Sustainable Farming Project Receives $10,000 Grant to Enhance Pittsburgh
In the growing entrepreneurial community in Pittsburgh and at the University of Pittsburgh, many students take advantage of new opportunities and resources to make their innovative ideas a reality.
Vinh Luong, a University of Pittsburgh freshman studying computer science, recently jumped at the opportunity to submit a proposal for the Aquaponics Project to the newly formed BetaBurgh incubator. BetaBurgh is a program initiated by the Pittsburgh Downtown Partnership, supported by the BNY Mellon Foundation of Southwest Pennsylvania, and assisted by Innovation Works.
Luong and his team were among local entrepreneurs, for-profit and non-profit organizations, startups, and small businesses who submitted proposals to Betaburgh with the goal of bringing new energy and activity to Downtown Pittsburgh.
“I saw that the goals and vision for my project strongly resonated with BetaBurgh’s mission, so I decided to apply,” Luong says.
The goal of the Aquaponics Project is to create a facility in Pittsburgh’s urban areas to provide fresh, local, and quality produce for the community. The facility will utilize aquaponics, a practice that relies on the symbiotic relationship between fish and plants. Their goal is to produce more than 660 plants per month.
“The fish excrete waste, which is then converted by natural processes into the perfect nutrients for plants. The plants’ roots act as a filter which consumes the nutrients and returns clean water back into the system,” Luong explains.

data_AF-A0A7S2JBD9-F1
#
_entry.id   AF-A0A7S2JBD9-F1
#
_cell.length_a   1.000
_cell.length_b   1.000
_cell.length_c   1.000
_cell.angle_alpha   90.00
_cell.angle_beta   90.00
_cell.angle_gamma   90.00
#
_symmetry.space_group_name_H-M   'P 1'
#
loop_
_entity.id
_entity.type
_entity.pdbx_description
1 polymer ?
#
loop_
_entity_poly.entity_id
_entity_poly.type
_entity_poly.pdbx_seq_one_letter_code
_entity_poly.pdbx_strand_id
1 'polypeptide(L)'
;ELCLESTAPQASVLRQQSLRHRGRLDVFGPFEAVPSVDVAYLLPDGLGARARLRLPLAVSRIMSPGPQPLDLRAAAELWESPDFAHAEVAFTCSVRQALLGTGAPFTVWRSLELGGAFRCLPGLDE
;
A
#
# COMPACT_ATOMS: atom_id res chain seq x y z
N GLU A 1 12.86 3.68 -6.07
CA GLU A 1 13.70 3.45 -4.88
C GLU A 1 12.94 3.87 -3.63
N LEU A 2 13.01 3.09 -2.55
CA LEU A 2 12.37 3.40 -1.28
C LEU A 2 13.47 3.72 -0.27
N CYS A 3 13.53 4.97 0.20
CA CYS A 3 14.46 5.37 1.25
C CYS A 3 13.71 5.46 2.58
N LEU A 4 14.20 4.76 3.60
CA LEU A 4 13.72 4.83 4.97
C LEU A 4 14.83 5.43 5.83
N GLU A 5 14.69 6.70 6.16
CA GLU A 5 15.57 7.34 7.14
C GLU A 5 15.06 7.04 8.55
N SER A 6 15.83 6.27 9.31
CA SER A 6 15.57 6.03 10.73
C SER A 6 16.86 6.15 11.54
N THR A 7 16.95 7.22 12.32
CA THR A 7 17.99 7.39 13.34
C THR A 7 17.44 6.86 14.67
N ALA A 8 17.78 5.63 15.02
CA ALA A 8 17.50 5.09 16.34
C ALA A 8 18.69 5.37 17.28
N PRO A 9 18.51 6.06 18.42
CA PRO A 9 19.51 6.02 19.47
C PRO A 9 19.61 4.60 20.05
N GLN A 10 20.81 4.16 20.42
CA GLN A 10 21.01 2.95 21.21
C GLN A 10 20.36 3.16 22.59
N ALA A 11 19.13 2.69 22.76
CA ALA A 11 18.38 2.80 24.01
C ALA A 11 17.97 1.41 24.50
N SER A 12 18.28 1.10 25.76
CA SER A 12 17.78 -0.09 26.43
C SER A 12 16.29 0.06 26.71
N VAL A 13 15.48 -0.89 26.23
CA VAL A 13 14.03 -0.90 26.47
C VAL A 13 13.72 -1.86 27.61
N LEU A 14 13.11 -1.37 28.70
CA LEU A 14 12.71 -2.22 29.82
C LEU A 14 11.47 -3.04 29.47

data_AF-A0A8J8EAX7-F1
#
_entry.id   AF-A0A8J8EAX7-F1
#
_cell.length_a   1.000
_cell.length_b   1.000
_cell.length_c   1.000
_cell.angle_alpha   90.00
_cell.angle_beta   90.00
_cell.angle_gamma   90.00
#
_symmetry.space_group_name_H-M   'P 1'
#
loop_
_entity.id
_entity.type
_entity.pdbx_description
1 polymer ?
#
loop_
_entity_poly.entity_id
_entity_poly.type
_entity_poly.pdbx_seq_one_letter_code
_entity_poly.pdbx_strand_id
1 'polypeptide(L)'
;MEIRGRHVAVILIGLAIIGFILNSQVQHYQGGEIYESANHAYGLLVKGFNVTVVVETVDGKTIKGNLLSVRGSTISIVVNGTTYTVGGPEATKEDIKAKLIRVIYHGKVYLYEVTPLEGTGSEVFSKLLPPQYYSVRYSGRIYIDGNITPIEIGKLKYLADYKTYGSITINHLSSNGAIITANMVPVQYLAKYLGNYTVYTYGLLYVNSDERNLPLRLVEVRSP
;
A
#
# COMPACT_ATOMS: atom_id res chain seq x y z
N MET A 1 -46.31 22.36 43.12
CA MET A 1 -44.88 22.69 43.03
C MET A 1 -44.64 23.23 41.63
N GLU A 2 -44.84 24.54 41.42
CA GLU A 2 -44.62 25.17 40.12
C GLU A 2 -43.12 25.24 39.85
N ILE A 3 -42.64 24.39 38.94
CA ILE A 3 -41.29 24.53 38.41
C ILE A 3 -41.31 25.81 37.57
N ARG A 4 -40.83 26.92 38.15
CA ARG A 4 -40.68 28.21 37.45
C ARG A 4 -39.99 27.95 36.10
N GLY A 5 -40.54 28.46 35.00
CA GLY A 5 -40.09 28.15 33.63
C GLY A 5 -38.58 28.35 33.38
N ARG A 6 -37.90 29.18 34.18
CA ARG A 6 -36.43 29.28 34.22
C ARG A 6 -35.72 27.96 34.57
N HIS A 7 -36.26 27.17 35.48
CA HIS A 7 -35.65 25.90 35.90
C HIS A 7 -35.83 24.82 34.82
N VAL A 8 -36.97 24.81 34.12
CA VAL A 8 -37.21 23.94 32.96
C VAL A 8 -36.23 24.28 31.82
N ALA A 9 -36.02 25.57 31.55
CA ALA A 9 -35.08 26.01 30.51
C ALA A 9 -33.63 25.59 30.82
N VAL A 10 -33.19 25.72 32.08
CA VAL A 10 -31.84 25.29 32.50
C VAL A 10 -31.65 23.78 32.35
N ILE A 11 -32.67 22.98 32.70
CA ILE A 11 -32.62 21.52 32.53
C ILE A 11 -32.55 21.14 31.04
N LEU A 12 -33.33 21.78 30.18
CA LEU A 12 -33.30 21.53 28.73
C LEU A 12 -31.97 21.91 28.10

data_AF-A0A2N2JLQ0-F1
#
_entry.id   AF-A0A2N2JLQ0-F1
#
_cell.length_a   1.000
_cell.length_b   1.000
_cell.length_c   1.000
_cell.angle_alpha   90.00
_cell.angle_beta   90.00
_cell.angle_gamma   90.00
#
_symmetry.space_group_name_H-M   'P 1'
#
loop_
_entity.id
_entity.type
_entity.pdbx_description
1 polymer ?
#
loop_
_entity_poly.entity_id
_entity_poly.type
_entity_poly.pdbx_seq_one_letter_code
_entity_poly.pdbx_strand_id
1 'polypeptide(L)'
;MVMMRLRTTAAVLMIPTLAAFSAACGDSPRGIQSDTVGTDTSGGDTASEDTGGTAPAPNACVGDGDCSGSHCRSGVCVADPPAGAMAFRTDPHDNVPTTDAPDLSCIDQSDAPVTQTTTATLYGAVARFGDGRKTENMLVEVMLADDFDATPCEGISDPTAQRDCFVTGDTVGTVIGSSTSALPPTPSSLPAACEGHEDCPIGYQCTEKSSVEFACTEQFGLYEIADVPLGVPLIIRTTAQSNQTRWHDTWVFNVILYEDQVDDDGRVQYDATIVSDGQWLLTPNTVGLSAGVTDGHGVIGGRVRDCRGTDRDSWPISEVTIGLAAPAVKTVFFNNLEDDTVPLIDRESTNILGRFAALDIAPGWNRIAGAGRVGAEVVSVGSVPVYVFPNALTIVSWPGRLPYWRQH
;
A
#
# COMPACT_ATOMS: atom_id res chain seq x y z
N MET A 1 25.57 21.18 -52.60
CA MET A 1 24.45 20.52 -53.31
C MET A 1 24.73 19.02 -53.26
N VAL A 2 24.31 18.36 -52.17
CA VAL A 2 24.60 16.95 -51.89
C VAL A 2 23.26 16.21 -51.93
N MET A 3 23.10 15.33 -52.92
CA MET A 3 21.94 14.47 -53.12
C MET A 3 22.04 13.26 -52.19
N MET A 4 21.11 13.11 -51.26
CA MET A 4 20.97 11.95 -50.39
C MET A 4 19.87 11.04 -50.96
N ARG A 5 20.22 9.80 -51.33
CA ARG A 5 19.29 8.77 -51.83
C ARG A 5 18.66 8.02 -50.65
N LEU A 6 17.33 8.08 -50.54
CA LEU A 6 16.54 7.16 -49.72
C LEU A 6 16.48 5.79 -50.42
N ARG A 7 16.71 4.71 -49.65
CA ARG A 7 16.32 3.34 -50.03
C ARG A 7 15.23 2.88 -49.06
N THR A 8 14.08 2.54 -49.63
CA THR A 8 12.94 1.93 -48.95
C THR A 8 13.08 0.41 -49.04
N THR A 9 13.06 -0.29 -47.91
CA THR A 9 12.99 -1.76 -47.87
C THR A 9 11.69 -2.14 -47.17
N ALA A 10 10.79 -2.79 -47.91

The Aquaponics Project was selected as one of four projects to receive $10,000 in seed funds along with office space in Downtown Pittsburgh.
The team will use the money to renovate a 20-foot shipping container to house a sustainable aquaponics eco-system designed and built locally. The system will provide a variety of produce to local businesses and will offer hands-on learning to anyone who wants to learn more about sustainable farming.
While educating the community about sustainable farming, Luong says he also learned something about himself.
“In the past, I have never really been one to delegate work. If I wanted things done a certain way, I only trusted myself to get them done properly. Throughout the BetaBurgh experience, I have learned that I cannot do it all alone. I realize that being able to delegate is a skill that I still need to improve on, but I was fortunate enough to come across such a supportive and invested team,” he says.
Luong is a resident of the Innovation and Entrepreneurship Living Learning Community (LLC), sponsored in part by the University of Pittsburgh College of Business Administration. The Innovation and Entrepreneurship LLC connects entrepreneurial-minded students with the resources they need to develop their skills and experiences. He is also a member of Pitt Enactus, a student organization operated and populated by many Pitt Business students.
“I knew that it was uncommon for a freshman to pursue something like this, but with all of the connections and resources the Innovation and Entrepreneurship LLC is able to provide, I knew that the project would get done. Through the process of developing Aquaponics, the LLC has put me in touch with many people that have helped guide our team’s vision,” Luong says.
Students interested in innovation and entrepreneurship are encouraged to learn more about the resources Pitt Business provides, including courses and certificate programs, and access to established entrepreneurs, student clubs and organizations, and scholarships. For more information, visit http://www.cba.pitt.edu/Innovation-and-Entrepreneurship.